As President Bush speaks today at the NAACP convention for the first time, political reporter Adam Nagourney found the G.O.P.'s black outreach failing in Tuesday's "Republicans Coming Up Short in Effort to Reach Out to African-American Voters."
"There has been no end to speculation about what the party was up to. Was it simply a ploy to improve the party’s image with moderate white voters? Did the White House see an opportunity to make small though significant changes in the American political system by pulling even a relative few black voters into its corner in important states like Ohio? (Yes, and yes.)
"But as Mr. Bush is tentatively scheduled to speak at the N.A.A.C.P. convention in Washington this week -- after five years of declining to appear before an organization with which he has had tense relations -- it seems fair to say that whatever the motivation, the effort has faltered.
Another friend sent a giggle with the HBO press release on Spike Lee's forthcoming Katrina documentary. Is Spike Lee seeking a "wide range of opinions"? Bayou Buzz has details, including this piece of the press release:
Lee and his team selected nearly 100 people from diverse backgrounds, representing a wide range of opinions, to be featured in the film, including Louisiana Governor Kathleen Blanco, New Orleans Mayor Ray Nagin, Dr. Michael Eric Dyson, Harry Belafonte, Wynton Marsalis, CNN´s Soledad O´Brien, Terence Blanchard, Rev. Al Sharpton, Wendell Pierce, Sean Penn, Kanye West, local media and other New Orleans residents.
It might be a pretty big event: It "will have a world premiere August 16 in New Orleans before a potential 10,000 people. The premiere in New Orleans will be one year after the Hurricane Katrina disaster. On Wednesday, Aug. 16, Acts I and II will be presented free of charge before a potential audience of 10,000 people at the New Orleans Arena."
Let's imagine an American World Cup team member 'of pallor' had head-butted, oh, an Arab or African player. Would the MSM be quick to excuse, even to make the incident the object of humor? Or would we have been treated to mind-numbing disquisitions on racism in sport as a microcosm of society at large?
But when a French player of Arab ancestry head-butts an Italian? Well, CBS tells us, boys will be boys. CBS's Elizabeth Palmer, who narrated a segment on the incident on this morning's Early Show, informed us that "it's a male thing understood around the world." To prove her point, CBS ran a clip from an Adam Sandler flick showing the comedian, as a football player, taking a flying foot leap into another player who had insulted his mother. We were also treated to images of video spoofs and video games that the incident has generated.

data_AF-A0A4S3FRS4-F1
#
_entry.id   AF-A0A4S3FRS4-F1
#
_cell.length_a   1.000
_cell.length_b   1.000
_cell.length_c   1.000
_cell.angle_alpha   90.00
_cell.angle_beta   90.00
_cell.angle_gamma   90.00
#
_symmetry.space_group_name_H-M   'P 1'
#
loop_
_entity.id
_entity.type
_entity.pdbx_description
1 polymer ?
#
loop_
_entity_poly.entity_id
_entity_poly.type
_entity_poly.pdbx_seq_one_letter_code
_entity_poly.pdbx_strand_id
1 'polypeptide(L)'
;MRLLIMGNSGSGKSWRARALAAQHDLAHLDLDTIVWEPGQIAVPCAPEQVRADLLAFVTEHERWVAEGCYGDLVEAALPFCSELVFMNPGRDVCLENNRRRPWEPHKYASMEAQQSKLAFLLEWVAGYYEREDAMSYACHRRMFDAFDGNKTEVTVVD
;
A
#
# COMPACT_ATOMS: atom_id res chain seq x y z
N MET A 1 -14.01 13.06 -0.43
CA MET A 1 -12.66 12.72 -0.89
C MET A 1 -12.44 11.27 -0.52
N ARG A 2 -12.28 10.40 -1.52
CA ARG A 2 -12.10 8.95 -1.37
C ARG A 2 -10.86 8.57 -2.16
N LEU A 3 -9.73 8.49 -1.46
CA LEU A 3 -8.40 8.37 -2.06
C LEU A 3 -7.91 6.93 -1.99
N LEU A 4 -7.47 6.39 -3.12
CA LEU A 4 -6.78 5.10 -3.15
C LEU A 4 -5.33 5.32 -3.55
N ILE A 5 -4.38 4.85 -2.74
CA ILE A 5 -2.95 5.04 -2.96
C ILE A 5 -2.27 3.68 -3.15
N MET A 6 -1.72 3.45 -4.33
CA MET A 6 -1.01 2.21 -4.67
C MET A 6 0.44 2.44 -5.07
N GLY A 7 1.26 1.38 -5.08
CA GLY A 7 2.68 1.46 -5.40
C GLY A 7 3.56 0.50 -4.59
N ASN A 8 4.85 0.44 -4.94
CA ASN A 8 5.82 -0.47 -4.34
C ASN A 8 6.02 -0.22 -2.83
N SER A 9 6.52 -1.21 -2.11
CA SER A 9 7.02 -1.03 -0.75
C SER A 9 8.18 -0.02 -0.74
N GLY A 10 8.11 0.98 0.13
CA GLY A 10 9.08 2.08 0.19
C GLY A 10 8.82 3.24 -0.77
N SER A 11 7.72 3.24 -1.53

As reported by NewsBusters here, Sen. Joe Biden (D-Delaware) made some rather insensitive statements last month concerning not being able to “go to a 7- Eleven or Dunkin Donuts unless you have a slight Indian accent.” CNN invited Biden on Friday's 5PM ET installment of “The Situation Room” to discuss how things are going in Iraq – amongst other things – and then gave him a great opportunity to explain these Indian remarks (video link to follow).
Rather than challenge the Senator in any way, host John King filling in for Wolf Blitzer basically gave Biden a platform to rationalize why these statements weren’t inappropriate. After reading the offending sentences from Biden captured by C-SPAN, King simply asked, “What were you thinking?” Biden was then given the floor to make any statement that he wanted about this issue, without any grilling or interrogation whatsoever by King:
Where did he go wrong? Syndicated sports columnists Norman Chad was trying to lecture that there were not enough black sports editors in America, only 4 of 305. As Tim Graham noted, he even managed to get in a dig at Newt Gingrich: "We're whiter than Newt Gingrich's Fourth of July barbecue."
But later in the piece, he said he knew one of those few black editors, Garry D. Howard of the Milwaukee Journal Sentinel.
I actually know one of them pretty well — Garry D. Howard of the Milwaukee Journal Sentinel, which carries my column.
I noticed Howard was black the first time we met, largely because of his skin color. But once I got by that I realized he spoke English somewhat satisfactorily and understood sports and journalism reasonably well.
Via Romenesko, we learn that syndicated sports columnist/humorist Norman Chad was decrying the unbearable whiteness of sports section editors, but he encapsulated it with a political wisecrack: "We're whiter than Newt Gingrich's Fourth of July barbecue." (The column ran in the Washington Post on Monday.)
Since this is an attempt at humor, it's doubtful that Chad is trying to be factual, as if he has actually witnessed a Gingrich barbecue. But this is an odd joke, considering Gingrich has long been very Jack-Kempian in his reaching out to black audiences, supporting a Martin Luther King holiday and sanctions against apartheid-era South Africa in the 1980s, for example. Then there's his endorsements of black Republican candidate Dylan Glenn for Congress in his home state of Georgia. Are the liberals running out of easy GOP "bigot" targets?
The conventional wisdom in Maryland politics is that former Rep. Kweisi Mfume just can't stop the establishment connections and money of Rep. Ben Cardin in the race to succeed retiring Sen. Paul Sarbanes. Sunday's Washington Post puts a big crimp in that CW -- Mfume leads Cardin, 31-25, albeit with strong racial divisions. (Democrats believe Cardin is the man because he does better in head-to-head polls with Republican nominee Michael Steele.)